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1:30am

Wed April 4, 2012
Sweetness And Light

Is It Time To Tone Down The Tiger Woods Coverage?

Originally published on Wed April 4, 2012 1:47 pm

Hearing about golf these past couple of years has turned into some sort of dual universe. On the one hand there is the real world, like: "Smith and Jones Tied for Lead in Cat Food Open."

But then, in more detail, the larger shadow story reads: "Tiger's Putter Falters, Trails By 12 Strokes."

Golf has become like fantasy football or Rotisserie Baseball. Only, imagine if everybody has the same guy — Tiger Woods — on his team. No other golfers seem to exist, except possibly The Ghost of Jack Nicklaus.

This is what I call "The Dreaded Mike Tyson Syndrome," which is what happened to boxing when Tyson couldn't win anymore but yet continued to dominate news of boxing.

Before Tiger, The Dreaded Mike Tyson Syndrome was most visible in IndyCar racing, when nobody cared about who was winning the races — only about where Danica Patrick was back in the pack.

By contrast, now, men's tennis is the ideal. All you hear about are the actual winners — Djokovic, Nadal and Federer — who not only win but are all distinct personalities. Perfect.

Golf first experienced The Dreaded Mike Tyson Syndrome years ago, when fans kept rooting for Arnold Palmer even though he couldn't win a major championship anymore. But while Arnie's Army kept up hope, Palmer had a genuine superstar replacement in Jack Nicklaus — so the loser couldn't continue to absolutely dominate the golf news the way Tiger does today, when no single younger challenger has assumed his stardom.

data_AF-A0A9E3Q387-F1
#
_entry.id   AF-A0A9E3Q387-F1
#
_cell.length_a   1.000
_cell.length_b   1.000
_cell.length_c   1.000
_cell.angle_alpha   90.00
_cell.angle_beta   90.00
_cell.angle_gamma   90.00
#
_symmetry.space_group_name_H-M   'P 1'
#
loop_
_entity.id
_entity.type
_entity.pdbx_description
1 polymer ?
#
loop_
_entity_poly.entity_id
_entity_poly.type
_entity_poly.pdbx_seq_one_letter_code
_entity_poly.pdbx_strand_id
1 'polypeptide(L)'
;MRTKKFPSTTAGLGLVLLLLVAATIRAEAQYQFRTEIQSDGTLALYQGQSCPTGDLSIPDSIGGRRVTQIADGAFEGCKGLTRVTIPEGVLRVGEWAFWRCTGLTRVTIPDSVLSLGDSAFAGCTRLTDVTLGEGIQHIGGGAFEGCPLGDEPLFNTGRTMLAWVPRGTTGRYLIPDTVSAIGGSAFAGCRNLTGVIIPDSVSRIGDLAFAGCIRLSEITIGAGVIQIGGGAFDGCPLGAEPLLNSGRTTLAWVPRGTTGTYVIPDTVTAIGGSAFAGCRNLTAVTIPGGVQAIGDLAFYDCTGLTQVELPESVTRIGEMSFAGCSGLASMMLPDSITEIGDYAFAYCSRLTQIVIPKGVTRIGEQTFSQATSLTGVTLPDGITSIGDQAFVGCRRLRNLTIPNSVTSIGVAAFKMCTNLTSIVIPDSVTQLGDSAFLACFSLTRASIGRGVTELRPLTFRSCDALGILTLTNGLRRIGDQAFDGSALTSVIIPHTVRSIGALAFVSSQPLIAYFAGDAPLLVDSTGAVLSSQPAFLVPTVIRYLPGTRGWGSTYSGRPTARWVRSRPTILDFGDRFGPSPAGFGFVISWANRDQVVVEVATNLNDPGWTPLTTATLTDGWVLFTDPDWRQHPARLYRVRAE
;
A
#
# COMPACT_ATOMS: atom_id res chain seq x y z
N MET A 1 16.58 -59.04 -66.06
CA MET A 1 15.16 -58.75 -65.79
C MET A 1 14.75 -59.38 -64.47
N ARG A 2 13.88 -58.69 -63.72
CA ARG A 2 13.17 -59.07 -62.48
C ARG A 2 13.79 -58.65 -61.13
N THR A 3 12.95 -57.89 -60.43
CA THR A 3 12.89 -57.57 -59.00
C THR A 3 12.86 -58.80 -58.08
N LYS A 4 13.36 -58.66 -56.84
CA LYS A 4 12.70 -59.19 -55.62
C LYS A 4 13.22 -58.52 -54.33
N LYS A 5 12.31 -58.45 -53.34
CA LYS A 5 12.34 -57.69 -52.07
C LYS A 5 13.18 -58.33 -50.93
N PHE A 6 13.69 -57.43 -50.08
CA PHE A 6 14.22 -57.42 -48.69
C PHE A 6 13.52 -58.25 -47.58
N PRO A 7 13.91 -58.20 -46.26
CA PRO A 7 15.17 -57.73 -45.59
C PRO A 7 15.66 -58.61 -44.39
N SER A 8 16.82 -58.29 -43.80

Of course, the other thing about Tiger vis-a-vis the beloved Palmer is that many fans don't care for Mr. Woods. So the sport's attention is not only diverted to an also-ran but also to someone who is unloved.

Now, as the Masters begins Thursday, Tiger is playing better than he has since the spectacular eruption of his personal life. With his tournament win two weeks ago, he has certainly rebounded to a point where I think we can upgrade him to be the male Maria Sharapova, who continues to get inordinate publicity without ever quite getting another Grand Slam victory.

In this context, it's worth noting that while Palmer took his last major at the age of 34, he won a very impressive 17 more PGA tournaments over the next nine years, teasing his fans and success, but never took another of the four big ones.

Yes, maybe Tiger can actually get back on top of the actual golf universe again. He's 36 now, and Nicklaus won four majors after he reached that age.

As long as Tiger doesn't win, though, but remains the focus of his sport, golf suffers. An individual sport thrives when its meal ticket is triumph and celebrity joined as one.

Copyright 2013 NPR. To see more, visit http://www.npr.org/.

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